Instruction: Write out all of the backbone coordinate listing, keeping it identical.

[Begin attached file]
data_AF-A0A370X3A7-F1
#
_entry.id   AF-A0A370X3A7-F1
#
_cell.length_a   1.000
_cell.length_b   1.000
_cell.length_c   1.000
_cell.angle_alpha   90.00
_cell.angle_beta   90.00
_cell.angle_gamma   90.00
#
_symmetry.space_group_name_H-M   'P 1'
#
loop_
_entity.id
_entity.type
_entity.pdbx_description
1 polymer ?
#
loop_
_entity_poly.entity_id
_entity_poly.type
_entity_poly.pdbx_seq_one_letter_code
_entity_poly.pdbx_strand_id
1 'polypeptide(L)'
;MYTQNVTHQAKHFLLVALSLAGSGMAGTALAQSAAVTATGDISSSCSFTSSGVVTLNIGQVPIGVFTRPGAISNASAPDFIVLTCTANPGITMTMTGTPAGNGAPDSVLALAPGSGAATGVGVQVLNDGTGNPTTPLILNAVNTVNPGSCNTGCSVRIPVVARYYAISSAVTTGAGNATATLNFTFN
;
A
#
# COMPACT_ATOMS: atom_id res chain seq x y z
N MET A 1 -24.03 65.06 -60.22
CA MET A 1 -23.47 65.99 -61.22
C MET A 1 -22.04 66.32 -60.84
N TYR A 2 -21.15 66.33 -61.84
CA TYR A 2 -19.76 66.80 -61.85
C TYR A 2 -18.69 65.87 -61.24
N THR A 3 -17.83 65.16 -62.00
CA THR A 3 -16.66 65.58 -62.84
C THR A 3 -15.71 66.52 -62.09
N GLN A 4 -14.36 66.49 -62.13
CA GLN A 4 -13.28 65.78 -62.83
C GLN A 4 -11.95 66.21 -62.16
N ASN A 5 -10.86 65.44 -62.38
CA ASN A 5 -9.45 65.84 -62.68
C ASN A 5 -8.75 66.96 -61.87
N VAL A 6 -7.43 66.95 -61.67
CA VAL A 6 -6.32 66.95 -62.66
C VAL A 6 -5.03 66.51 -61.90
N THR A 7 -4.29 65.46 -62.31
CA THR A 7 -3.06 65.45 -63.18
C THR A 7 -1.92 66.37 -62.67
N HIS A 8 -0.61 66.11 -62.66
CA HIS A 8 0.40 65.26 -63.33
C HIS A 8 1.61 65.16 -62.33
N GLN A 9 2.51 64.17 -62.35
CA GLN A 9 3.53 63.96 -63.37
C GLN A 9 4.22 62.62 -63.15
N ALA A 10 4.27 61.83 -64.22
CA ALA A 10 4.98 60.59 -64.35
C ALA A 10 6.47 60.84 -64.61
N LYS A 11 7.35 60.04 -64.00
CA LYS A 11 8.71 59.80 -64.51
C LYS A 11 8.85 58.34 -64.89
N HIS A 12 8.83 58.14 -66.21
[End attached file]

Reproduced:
data_AF-A0A370X3A7-F1
#
_entry.id   AF-A0A370X3A7-F1
#
_cell.length_a   1.000
_cell.length_b   1.000
_cell.length_c   1.000
_cell.angle_alpha   90.00
_cell.angle_beta   90.00
_cell.angle_gamma   90.00
#
_symmetry.space_group_name_H-M   'P 1'
#
loop_
_entity.id
_entity.type
_entity.pdbx_description
1 polymer ?
#
loop_
_entity_poly.entity_id
_entity_poly.type
_entity_poly.pdbx_seq_one_letter_code
_entity_poly.pdbx_strand_id
1 'polypeptide(L)'
;MYTQNVTHQAKHFLLVALSLAGSGMAGTALAQSAAVTATGDISSSCSFTSSGVVTLNIGQVPIGVFTRPGAISNASAPDFIVLTCTANPGITMTMTGTPAGNGAPDSVLALAPGSGAATGVGVQVLNDGTGNPTTPLILNAVNTVNPGSCNTGCSVRIPVVARYYAISSAVTTGAGNATATLNFTFN
;
A
#
# COMPACT_ATOMS: atom_id res chain seq x y z
N MET A 1 -24.03 65.06 -60.22
CA MET A 1 -23.47 65.99 -61.22
C MET A 1 -22.04 66.32 -60.84
N TYR A 2 -21.15 66.33 -61.84
CA TYR A 2 -19.76 66.80 -61.85
C TYR A 2 -18.69 65.87 -61.24
N THR A 3 -17.83 65.16 -62.00
CA THR A 3 -16.66 65.58 -62.84
C THR A 3 -15.71 66.52 -62.09
N GLN A 4 -14.36 66.49 -62.13
CA GLN A 4 -13.28 65.78 -62.83
C GLN A 4 -11.95 66.21 -62.16
N ASN A 5 -10.86 65.44 -62.38
CA ASN A 5 -9.45 65.84 -62.68
C ASN A 5 -8.75 66.96 -61.87
N VAL A 6 -7.43 66.95 -61.67
CA VAL A 6 -6.32 66.95 -62.66
C VAL A 6 -5.03 66.51 -61.90
N THR A 7 -4.29 65.46 -62.31
CA THR A 7 -3.06 65.45 -63.18
C THR A 7 -1.92 66.37 -62.67
N HIS A 8 -0.61 66.11 -62.66
CA HIS A 8 0.40 65.26 -63.33
C HIS A 8 1.61 65.16 -62.33
N GLN A 9 2.51 64.17 -62.35
CA GLN A 9 3.53 63.96 -63.37
C GLN A 9 4.22 62.62 -63.15
N ALA A 10 4.27 61.83 -64.22
CA ALA A 10 4.98 60.59 -64.35
C ALA A 10 6.47 60.84 -64.61
N LYS A 11 7.35 60.04 -64.00
CA LYS A 11 8.71 59.80 -64.51
C LYS A 11 8.85 58.34 -64.89
N HIS A 12 8.83 58.14 -66.21